Interactivity: SVG is a format which can be displayed by most of today’s browsers, and it has interactive capabilities which I hope to exploit further in future. On the agenda are user performance of on-line scores, and the assisted performance of unfettered scores in real performances...
The Assistant Composer can now write scores in which standard chord symbols can be placed freely at any point on any staff, making the composition (and automatic transcription) of polyphonic music much simpler. The default (machine-defined) durations, and the symbols which represent them, are now completely decoupled from any assumptions about perceived time. I am hoping that this will eventually enable me to write music which can breathe again...


MIDI, “Authenticity” and MP3 files

Moritz produces MIDI output, but the sound of a MIDI file is more or less undefined unless one has access to a system like the one on which it was created. This is especially the case in extreme examples like Study 2, which contain rapid sequences of control messages.
My reference synthesizer for Study 2 was the Microsoft GS Wavetable Synth (supplied as part of the Windows Vista Ultimate 64bit operating system), which I played using either Moritz’ Assistant Performer or Windows Media Player.
The present recordings were made by balancing all the settings as well as I could using that system.
Other MIDI performance systems may give a completely wrong impression of the piece.
March 2012: Quicktime, for example, not only has different timbres and balance from my reference system, but it also appears to respond more slowly to control messages. This can mean that a patch change, for example, may only take effect after the chord for which it was intended. In Study 2, that is pretty catastrophic. Not only the balance, but even the logic is wrong! On my system, Quicktime has been known to give up altogether, two or three bars before the end of the piece. It still sometimes omits the final chord in the performance.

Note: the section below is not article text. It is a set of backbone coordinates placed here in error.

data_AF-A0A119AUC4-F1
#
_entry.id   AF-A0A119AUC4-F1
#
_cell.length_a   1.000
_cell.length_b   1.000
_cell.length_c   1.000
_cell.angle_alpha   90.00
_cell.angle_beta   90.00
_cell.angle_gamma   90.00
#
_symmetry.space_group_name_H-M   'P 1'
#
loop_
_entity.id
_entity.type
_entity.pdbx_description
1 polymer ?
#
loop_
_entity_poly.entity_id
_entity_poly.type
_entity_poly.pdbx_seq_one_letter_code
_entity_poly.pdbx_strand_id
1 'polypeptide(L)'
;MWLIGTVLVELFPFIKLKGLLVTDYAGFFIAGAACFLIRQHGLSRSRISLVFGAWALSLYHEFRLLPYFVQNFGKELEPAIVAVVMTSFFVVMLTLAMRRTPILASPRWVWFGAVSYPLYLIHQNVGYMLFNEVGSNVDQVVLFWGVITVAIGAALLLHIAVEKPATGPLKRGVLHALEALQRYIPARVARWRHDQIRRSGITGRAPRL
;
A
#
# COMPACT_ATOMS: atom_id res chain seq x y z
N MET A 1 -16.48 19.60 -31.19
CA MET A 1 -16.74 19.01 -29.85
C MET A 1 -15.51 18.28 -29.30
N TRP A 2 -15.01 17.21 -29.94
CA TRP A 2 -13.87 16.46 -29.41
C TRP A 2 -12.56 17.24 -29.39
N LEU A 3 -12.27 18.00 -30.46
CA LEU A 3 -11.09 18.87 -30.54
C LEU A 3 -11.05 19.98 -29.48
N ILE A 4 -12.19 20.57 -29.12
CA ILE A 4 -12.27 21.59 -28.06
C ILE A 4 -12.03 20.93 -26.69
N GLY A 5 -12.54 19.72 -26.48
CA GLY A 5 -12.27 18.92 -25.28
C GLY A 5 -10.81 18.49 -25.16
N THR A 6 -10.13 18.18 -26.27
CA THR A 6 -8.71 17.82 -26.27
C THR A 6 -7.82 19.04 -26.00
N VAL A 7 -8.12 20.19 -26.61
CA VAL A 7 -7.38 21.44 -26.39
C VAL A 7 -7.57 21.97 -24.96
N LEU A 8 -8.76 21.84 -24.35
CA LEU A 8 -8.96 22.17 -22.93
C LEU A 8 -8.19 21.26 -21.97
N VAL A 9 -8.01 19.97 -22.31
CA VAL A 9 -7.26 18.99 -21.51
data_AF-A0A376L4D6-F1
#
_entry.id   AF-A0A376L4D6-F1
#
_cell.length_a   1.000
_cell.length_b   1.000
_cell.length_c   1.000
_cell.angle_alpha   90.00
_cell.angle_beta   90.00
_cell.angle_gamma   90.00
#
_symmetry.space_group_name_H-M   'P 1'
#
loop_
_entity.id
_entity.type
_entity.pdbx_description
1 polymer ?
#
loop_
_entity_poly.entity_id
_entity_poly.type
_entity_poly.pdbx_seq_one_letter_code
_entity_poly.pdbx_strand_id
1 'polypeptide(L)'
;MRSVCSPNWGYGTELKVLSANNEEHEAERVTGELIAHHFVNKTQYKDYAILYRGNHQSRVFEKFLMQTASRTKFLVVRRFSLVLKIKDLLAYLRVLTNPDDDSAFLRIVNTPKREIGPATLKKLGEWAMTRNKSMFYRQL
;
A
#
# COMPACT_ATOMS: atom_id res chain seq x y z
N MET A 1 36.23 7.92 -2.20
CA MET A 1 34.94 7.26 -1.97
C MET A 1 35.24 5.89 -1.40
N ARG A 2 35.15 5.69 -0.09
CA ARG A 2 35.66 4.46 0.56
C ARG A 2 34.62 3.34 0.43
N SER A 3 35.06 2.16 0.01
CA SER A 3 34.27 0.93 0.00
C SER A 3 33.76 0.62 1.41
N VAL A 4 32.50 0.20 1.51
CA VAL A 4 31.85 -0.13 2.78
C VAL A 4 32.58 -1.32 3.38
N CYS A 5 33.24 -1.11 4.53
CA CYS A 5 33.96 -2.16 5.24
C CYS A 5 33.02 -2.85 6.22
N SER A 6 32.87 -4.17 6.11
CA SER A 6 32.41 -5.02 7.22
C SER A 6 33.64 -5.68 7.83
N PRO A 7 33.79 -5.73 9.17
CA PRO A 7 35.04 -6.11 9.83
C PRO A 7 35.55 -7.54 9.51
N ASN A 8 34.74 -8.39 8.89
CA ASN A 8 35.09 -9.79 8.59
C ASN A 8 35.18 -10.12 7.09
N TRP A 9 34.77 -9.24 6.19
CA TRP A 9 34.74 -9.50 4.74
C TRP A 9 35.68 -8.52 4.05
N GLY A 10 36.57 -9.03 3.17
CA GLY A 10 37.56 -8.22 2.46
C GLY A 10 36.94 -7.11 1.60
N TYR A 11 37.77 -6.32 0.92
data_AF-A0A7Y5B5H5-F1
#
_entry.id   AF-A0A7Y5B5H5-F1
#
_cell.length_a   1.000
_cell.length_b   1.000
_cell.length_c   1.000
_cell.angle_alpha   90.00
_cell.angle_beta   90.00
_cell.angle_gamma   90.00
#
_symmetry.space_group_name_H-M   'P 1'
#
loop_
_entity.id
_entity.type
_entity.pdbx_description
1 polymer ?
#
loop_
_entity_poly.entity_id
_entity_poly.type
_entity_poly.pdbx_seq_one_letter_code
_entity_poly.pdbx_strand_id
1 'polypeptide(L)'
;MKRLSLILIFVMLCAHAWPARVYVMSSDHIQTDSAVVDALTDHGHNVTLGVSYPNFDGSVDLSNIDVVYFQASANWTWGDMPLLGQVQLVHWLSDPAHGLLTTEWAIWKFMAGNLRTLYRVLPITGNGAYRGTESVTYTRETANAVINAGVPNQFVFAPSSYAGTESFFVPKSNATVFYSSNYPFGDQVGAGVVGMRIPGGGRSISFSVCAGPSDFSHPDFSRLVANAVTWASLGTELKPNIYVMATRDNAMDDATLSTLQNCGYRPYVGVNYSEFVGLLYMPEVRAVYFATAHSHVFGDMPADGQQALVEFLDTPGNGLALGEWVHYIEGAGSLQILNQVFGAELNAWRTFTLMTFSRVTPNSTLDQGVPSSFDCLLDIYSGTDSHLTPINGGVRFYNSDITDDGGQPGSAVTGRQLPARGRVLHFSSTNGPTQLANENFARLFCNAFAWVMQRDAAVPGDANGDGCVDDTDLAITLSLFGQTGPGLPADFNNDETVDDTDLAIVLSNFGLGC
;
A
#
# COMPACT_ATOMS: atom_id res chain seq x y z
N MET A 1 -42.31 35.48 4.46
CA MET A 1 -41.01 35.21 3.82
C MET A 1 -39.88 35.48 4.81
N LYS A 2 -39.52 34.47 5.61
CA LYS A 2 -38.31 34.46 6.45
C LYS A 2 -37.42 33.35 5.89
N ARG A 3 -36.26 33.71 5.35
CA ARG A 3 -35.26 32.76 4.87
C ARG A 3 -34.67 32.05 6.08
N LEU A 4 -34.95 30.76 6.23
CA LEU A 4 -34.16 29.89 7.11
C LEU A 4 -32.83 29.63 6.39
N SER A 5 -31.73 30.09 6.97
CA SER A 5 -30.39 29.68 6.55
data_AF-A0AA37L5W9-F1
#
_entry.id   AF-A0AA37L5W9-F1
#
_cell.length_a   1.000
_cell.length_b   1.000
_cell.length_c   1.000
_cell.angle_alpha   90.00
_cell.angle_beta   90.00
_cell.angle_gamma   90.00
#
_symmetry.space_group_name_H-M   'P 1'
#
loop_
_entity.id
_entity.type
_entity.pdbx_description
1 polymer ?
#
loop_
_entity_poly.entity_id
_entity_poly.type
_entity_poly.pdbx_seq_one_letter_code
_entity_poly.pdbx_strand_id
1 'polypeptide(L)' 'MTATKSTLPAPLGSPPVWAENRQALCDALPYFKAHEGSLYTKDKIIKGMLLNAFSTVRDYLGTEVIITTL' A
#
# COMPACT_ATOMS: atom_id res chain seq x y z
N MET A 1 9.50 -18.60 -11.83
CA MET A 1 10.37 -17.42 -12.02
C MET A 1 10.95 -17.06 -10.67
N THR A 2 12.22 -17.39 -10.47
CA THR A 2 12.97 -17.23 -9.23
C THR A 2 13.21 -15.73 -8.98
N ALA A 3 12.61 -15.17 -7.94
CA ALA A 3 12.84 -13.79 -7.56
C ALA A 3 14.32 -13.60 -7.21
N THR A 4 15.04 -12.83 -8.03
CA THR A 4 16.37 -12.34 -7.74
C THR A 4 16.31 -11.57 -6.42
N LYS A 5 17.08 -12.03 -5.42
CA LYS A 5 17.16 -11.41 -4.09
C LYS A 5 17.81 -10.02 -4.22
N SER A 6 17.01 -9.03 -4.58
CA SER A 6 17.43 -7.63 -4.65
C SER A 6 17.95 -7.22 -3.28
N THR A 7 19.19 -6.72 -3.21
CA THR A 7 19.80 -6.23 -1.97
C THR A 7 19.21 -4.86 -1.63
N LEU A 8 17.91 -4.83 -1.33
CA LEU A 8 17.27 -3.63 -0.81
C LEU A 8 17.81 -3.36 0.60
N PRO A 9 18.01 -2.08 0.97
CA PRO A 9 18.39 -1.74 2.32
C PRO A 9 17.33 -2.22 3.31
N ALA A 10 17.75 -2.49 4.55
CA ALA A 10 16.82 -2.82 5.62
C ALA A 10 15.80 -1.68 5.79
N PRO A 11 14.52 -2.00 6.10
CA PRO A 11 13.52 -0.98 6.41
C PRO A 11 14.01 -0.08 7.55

It is to avoid such problems, that I have converted all the original MIDI files to mp3s for this website.
The mp3 files were created by simply converting Moritz' MIDI output with WAV MP3 Converter. This converter not only converts between many different audio formats, it can also convert MIDI files to audio. I also tried converting the MIDI files to wav, but the increase in quality is too small to justify the increased file sizes (and corresponding load times) at this website.
Remember that it is the information in the score and corresponding MIDI files that counts here: The audio files are presented only to ensure that the sounds heard at this website are logically correct. Stronger, more transparent, better balanced performances can doubtless be produced from the MIDI files by specialists using more powerful synthesizers and/or post-production software.
This is a matter of expertise and interpretation. In other words:
I would very much like to hear other interpretations of the score and MIDI originals, maybe using other sounds, synthesizers and/or post-production software!